Brooklyn Daily Eagle
The fate of 21 schools in Brooklyn – closing, phasing out or opening – will be decided at the March 11 meeting of the Mayor’s Panel for Education Policy (PEP), to be held at Brooklyn Tech High School.
The changes range from the closure of Freedom Academy High School in Downtown Brooklyn to the co-location of a charter school -- The New American Academy Charter School --with three existing schools in East Flatbush.
In many cases, the Department of Education (DOE) is phasing out one school and replacing it with two or more schools.
Struggling elementary school P.S. 174 Dumont in East New York is one the city proposes to phase out. Plans call for phasing in two new schools -- a new elementary school and a new middle school -- in the building.
Likewise, the city wants to phase out J.H.S. 302 Rafael Cordero School, bringing in two new district middle schools, M.S. 661 and M.S. 662, in its place.
Sheepshead Bay High School would be phased out under the plan, and would be replaced with a new high school (H.S. 611) and a new transfer school (H.S. 630). Sheepshead Bay shares the building with three other schools as well.
Some of the moves and co-locations require a diagram to figure out.
One complex series of transactions involves the UFT Charter School, which is presently divided into two locations: grades K to 5 at building K292 and grades 6 to 12 at building K166, which they share with J.H.S. 166 George Gershwin. The city plans to break up the upper school and move grades 6 to 8 from their present location to building K292, where it would join the lower grades. The city also plans to co-locate another school, J.H.S. 292, into the same building.
UFT’s grades 9 to 12 would stay where they are at K292. The space left vacant by UFT’s grades 6 to 8 would be filled by two new schools: a new middle school (M.S. 654), which serves grade 6 to 8, and also a new Achievement First Charter High School 2 – raising interesting space questions down the road.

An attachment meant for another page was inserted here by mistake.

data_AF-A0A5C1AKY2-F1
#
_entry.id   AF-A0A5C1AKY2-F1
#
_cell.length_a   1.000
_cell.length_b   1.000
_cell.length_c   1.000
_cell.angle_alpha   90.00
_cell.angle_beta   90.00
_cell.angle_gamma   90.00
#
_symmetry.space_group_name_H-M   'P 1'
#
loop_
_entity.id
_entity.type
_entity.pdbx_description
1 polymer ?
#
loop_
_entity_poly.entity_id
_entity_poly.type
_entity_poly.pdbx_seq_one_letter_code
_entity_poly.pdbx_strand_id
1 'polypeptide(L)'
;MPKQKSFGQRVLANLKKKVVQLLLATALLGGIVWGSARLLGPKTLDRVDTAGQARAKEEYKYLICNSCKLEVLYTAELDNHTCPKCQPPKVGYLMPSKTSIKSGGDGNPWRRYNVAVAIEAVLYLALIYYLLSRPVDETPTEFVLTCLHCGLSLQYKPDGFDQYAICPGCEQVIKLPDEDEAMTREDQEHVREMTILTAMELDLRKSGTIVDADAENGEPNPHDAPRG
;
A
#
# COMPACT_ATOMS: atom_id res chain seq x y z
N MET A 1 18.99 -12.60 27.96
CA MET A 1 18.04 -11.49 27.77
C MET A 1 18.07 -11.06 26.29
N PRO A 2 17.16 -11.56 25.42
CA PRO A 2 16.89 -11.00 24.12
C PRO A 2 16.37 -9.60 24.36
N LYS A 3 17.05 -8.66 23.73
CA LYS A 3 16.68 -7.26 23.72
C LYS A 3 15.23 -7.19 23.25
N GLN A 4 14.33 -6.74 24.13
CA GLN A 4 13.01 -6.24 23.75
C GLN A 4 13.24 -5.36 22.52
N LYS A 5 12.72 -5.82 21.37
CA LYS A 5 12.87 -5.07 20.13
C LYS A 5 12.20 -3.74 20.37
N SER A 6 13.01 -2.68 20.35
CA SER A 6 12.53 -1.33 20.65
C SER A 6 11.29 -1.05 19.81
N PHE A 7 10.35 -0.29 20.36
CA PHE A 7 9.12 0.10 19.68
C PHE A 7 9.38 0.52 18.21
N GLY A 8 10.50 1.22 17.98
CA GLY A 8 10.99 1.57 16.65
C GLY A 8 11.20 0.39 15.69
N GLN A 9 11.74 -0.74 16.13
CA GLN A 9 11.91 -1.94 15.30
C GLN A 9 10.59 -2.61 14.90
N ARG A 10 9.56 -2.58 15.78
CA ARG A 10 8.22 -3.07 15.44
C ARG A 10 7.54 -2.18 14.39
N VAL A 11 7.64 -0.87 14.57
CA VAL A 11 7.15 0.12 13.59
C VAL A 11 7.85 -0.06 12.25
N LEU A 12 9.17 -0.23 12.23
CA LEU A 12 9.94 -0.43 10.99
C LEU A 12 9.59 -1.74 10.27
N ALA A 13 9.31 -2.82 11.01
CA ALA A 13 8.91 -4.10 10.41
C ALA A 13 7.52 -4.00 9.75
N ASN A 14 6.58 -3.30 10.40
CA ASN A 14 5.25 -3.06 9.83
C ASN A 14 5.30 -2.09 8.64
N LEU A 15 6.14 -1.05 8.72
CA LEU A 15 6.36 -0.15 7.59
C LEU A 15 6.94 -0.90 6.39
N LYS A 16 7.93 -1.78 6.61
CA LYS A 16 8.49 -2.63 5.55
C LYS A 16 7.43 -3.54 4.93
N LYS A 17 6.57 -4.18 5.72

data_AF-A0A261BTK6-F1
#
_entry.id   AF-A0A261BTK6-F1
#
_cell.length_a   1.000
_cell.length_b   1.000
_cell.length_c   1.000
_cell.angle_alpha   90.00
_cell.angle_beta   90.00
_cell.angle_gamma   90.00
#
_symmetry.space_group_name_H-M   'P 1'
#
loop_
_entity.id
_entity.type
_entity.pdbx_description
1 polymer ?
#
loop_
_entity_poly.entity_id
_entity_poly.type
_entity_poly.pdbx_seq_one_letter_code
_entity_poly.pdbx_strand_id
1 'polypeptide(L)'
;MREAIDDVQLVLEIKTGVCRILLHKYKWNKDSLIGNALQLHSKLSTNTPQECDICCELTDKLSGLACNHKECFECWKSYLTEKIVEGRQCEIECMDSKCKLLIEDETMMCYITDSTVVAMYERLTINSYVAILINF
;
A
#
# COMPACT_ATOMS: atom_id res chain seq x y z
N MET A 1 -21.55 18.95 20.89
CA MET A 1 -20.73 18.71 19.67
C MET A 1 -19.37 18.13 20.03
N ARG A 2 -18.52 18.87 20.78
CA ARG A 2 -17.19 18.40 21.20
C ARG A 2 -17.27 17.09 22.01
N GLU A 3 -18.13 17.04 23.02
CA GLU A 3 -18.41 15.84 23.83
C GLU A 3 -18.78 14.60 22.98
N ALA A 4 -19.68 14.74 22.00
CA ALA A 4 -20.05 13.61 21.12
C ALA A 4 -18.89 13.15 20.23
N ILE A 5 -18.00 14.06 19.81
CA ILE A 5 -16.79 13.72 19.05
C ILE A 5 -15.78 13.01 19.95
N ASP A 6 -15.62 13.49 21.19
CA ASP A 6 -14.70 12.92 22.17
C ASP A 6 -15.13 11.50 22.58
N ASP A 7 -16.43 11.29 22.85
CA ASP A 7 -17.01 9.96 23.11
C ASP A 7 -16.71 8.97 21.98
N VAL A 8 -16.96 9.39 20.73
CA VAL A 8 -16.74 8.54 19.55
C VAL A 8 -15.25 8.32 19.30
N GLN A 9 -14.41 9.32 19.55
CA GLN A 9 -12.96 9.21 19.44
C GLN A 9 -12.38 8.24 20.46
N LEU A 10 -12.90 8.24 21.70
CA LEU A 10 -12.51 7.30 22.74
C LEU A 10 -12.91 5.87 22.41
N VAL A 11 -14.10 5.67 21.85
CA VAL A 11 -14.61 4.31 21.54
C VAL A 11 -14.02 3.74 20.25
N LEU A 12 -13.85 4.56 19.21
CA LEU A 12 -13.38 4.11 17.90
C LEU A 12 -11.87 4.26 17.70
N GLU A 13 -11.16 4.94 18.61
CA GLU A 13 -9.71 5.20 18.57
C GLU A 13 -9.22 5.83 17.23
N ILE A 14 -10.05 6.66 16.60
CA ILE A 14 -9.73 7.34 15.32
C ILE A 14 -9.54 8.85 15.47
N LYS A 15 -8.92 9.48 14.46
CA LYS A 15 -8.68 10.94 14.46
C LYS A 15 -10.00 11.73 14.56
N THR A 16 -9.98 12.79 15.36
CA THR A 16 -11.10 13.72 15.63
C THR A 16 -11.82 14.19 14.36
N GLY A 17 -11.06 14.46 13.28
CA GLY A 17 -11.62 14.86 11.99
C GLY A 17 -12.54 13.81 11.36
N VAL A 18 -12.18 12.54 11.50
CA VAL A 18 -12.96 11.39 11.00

Many closings come after years of efforts by teachers and administration to improve their kids’ performance.
In the case of P.S. 174 Dumont, DOE acknowledges, “Staff and families have worked hard to improve the school.” They add, “DOE has provided considerable support to P.S. 174: supporting school leadership; providing resources to increase the rigor of student work; offering supports to strengthen classroom instruction” and more. “Unfortunately, our best efforts have not turned around the school.”
If students perform poorly on tests at P.S. 174, it’s not because of lack of effort by many of the teachers. At least seven of them have consistently and successfully begged for money for books and materials for their classrooms on the fund-raising website Donors Choose.
One first-grade teacher, who successfully raised $249 for literacy equipment, described her class in this way:
“Some of my students live in temporary housing, or low income houses. Some live in single parent homes with little resources to help support their education. Other students are English Language Learners. My school is a small school that has limited resources itself. Acquiring copy paper, CD players and markers is as hard as puling teeth. When our equipment, radios or head phones break we scrounge around trying to find replacement equipment. It is frustrating and aggravating.”
Another said about her class, “From the outset, my students often bring with them the pressures of poverty, broken homes, split families, street violence and peer pressure.”
DOE will be taking comments about the changes until March 10. The March 11, PEP meeting will take place at 6 p.m. at Brooklyn Technical High School located at 29 Fort Greene Place, Brooklyn.
More details about the planned changes can be found at http://schools.nyc.gov/AboutUs/leadership/PEP/publicnotice/2012-2013/Mar112013Proposals.htm